Help for Pesticide Problems
Activated charcoal is a porous, soft black substance made from heating carbon-based materials in spaces with a restricted amount of air. Most often this charcoal is produced from hardwoods and coconut shells.
Charcoal adsorbs 100 to 200 times its own weight and has a strong attraction for organic chemicals such as pesticides. Organic chemicals will bind to the charcoal, which keeps them from contaminating soil and water resources.
Activated charcoal is also often used for poisoning antidotes; deodorizing air in the home; an ingredient in bathing soaps; and drinking water filtration.
You can use activated charcoal to clean up and reduce effects of spills from organic pesticides, some petroleum products, and hydraulic fluids. This is especially beneficial for sites that might be close to a water source or well.
To use, work the charcoal into the contaminated soil to a depth of six inches.
If you want to grow crops or landscape plants, or establish turf in areas that have previously been treated with herbicides, and harmful residues are still in the soil, use charcoal to neutralize the pesticide.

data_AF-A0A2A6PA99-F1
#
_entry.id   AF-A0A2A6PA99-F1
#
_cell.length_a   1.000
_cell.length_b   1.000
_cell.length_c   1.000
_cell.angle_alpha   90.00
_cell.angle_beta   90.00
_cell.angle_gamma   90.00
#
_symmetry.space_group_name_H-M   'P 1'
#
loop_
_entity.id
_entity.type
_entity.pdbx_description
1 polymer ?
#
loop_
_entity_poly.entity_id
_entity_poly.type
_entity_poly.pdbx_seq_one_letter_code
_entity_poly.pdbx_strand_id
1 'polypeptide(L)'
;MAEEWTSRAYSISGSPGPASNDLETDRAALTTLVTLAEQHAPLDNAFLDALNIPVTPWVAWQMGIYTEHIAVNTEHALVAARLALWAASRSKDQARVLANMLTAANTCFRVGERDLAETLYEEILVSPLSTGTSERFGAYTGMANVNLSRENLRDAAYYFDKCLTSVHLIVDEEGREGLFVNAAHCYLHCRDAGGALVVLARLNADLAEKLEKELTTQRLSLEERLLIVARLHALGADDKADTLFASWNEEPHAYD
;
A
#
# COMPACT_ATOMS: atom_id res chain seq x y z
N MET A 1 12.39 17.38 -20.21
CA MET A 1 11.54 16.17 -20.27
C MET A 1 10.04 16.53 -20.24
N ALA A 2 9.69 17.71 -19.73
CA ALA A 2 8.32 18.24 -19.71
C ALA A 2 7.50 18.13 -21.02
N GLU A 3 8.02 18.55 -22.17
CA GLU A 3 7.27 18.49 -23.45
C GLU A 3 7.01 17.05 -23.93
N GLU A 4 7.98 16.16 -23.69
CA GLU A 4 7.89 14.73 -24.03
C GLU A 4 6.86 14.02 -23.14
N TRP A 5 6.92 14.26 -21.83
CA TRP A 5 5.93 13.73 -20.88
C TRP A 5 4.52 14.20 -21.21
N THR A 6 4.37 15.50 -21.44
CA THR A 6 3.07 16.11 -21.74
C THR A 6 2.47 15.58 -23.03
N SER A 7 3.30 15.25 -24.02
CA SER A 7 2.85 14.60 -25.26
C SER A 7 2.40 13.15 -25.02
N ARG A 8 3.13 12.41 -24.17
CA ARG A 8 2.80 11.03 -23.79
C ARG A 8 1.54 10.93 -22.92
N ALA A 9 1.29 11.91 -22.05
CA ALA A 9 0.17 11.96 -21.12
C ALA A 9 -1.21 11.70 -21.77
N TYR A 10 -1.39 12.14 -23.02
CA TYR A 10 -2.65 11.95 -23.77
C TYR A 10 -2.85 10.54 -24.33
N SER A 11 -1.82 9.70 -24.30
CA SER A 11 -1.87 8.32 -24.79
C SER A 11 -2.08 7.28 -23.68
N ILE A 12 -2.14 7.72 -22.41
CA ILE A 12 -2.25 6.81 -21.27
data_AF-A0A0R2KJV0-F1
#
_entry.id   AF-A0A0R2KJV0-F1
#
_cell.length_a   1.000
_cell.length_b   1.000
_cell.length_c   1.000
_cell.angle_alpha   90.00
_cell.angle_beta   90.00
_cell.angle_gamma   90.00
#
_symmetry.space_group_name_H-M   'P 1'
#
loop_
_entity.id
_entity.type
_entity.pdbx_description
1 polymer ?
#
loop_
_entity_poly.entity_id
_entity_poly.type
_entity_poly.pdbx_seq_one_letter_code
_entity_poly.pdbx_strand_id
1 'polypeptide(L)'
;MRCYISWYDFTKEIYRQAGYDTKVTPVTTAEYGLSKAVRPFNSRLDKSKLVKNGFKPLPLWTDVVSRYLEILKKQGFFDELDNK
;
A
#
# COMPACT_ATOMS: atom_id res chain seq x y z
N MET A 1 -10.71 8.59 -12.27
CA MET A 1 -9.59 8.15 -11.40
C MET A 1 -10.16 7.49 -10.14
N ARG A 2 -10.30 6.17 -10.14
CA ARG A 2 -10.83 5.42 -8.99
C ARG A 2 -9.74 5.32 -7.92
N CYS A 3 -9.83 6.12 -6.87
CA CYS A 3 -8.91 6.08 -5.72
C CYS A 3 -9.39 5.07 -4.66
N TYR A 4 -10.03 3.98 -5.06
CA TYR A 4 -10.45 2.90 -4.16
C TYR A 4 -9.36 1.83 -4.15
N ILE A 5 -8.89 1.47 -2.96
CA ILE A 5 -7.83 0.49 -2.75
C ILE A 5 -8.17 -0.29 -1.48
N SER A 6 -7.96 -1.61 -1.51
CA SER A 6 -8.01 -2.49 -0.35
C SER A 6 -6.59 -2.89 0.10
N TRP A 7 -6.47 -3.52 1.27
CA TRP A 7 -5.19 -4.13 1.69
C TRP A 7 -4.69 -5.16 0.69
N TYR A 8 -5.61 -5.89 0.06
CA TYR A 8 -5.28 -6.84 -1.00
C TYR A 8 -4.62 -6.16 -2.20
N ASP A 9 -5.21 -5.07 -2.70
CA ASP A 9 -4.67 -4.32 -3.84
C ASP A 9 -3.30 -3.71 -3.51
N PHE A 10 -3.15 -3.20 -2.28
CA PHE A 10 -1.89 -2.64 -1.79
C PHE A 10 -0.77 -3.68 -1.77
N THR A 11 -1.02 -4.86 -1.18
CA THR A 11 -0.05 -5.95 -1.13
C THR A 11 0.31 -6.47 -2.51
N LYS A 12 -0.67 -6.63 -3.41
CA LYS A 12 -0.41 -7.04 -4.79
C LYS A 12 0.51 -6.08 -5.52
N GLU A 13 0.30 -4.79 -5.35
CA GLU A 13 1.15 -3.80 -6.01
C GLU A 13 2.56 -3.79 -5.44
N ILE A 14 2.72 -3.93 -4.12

Like mediating spills, work the charcoal into the top six inches of soil. You can also apply a slurry mix of one pound of charcoal per one gallon of water for each 150 square feet.
In small areas you can use a watering can or garden sprayer; just be sure to mix the slurry completely and continue to stir and agitate the mixture during application. Spray equipment designed for wettable powders is better for large areas.
Lawns & Farms
Both agricultural producers and home owners can benefit from the use of activated charcoal. Gardeners and growers do not have to be seeking all organic practices to want to remove pesticides in their soils. Removing residual and spilled chemicals helps to restore soil health in contaminated areas, as well as preventing further contamination of other resources.
Keep in mind that activated charcoal is only effective with organic chemicals, not inorganics (e.g arsenates, lead, sulfur, borax, sodium chlorate). It also cannot be used for water soluble organic pesticides (e.g. MSMA, DSMA).
For more information on chemical remediation and to explore options of non- and least toxic choices for garden and agricultural management, contact your local Extension agent.
Adapted and excerpted from:
F. Fishel, Activated Charcoal for Pesticide Inactivation (PI 164), Agronomy Department (3/2011).